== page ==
- Assist state and local officials in preparing for media interviews, developing media materials, and scheduling and managing media interviews. This includes assisting with logistics and working with local, state, and local officials to lease space as needed for briefings and other communications activities.
- Provide regular updates to CDC's ECS regarding local developments, concerns, and issues.
CDC Field Communication Community Liaison (FCCL)
CDC's communication plans include a Field Communication Community Liaison to serve as a CDC community relations advisor in the field. This person can assist local/state health department officials and work with the ECS in serving as a contact point to local hospitals and infectious disease specialists. The liaison can play an important role in assisting with communication tasks relevant to the implementation of control measures (e.g., use of personal protective equipment, isolation and quarantine). The liaison will attend all CDC response team meetings and provide updates to the team leader and media liaison regarding community outreach and education activities.
As most community relations activities are state and local responsibilities, the liaison should coordinate with state and local officials to assess the need for assistance. Among the activities of the CDC Field Communication Community Liaison are to:
- Assist in identifying key community partners, developing and maintaining a contact list of these partners, and scheduling and participate in daily briefings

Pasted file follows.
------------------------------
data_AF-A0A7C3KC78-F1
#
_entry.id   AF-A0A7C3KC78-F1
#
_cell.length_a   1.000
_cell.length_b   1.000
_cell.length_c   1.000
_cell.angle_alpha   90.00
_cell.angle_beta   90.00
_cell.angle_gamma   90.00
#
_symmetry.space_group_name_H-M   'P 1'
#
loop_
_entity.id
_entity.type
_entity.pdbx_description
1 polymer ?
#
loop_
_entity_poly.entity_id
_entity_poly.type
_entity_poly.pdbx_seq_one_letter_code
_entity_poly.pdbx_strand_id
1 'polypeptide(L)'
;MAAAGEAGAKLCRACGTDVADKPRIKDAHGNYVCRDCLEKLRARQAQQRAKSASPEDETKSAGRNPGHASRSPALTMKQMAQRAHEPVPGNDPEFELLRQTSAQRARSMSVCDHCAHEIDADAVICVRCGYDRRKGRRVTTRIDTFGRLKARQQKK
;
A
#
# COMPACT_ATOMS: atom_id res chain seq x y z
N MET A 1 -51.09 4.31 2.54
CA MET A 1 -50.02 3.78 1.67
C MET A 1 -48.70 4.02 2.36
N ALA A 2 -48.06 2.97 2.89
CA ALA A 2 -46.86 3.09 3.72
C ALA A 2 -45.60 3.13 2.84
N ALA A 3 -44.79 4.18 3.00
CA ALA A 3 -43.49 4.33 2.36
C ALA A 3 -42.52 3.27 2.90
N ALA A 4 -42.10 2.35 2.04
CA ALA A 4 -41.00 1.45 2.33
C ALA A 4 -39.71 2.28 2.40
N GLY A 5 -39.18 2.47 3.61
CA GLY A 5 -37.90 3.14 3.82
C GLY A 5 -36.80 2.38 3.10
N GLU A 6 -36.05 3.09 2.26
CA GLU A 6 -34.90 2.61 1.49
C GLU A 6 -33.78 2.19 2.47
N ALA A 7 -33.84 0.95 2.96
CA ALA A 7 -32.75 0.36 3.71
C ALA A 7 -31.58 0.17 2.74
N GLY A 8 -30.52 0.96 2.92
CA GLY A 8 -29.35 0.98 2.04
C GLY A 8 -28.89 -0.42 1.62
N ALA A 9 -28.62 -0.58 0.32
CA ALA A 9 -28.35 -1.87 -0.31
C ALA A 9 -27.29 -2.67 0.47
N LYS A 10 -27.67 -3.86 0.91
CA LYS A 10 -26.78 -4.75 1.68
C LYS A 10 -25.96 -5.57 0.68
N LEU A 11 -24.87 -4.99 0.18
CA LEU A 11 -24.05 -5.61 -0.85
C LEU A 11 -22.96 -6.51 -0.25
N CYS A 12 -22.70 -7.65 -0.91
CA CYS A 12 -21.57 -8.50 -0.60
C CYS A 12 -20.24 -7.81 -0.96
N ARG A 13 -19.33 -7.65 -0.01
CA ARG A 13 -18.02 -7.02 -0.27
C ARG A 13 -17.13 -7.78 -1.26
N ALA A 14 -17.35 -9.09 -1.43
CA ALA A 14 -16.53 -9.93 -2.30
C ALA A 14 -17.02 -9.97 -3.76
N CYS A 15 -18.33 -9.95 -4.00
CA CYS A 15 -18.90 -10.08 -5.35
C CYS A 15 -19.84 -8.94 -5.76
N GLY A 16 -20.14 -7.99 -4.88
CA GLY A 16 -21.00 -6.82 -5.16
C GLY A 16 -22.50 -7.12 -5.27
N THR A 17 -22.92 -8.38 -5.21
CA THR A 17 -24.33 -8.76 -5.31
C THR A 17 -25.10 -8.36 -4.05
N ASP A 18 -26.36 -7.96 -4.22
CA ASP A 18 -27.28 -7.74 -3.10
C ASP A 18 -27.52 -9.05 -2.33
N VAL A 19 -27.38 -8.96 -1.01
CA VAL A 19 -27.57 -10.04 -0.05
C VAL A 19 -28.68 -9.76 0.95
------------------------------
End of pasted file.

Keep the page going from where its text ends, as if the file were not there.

- Assist in the management of the [local] Joint Information Center
- Assist in the management of community outreach staff
- Assist in coordination and management of training and education outreach activities for healthcare professionals
- Assist with communication and educational activities for quarantined persons
- Participate in daily staff meetings held by the CDC field team leader.
- Send a daily community outreach activity report to the CDC DEOC and, if identified, the CDC SARS response team
- Request the DEOC to send new materials as updated and to provide information on new and emerging questions and issues identified from hotlines and other sources
- In coordination with local authorities, maintain a daily log of community information activities to facilitate the subsequent evaluation of the outbreak response
- In coordination with local authorities, write, edit, approve, and initiate clearance procedures for customized community outreach materials. To avoid confusing or contradictory messages, materials should be cleared by the JIC, program or content expert, state/local health departments.
- Assist HHS, CDC, and state and local officials in working with state and community groups.
- I. Rationale and Goals
- II. Lessons Learned
- III. Key Messages
- IV. Preparing for a Communications Response
- V. Communications Activities in the Presence of SARS
- VI. SARS Educational Tools and Resources
- Appendix G1: Fact Sheet - Joint Information Center
- Appendix G2: Media Relations
- Appendix G3: Community Relations/Outreach
- Appendix G4: CDC Field Communications Liaisons
- Page last reviewed: May 3, 2005
- Page last updated: May 3, 2005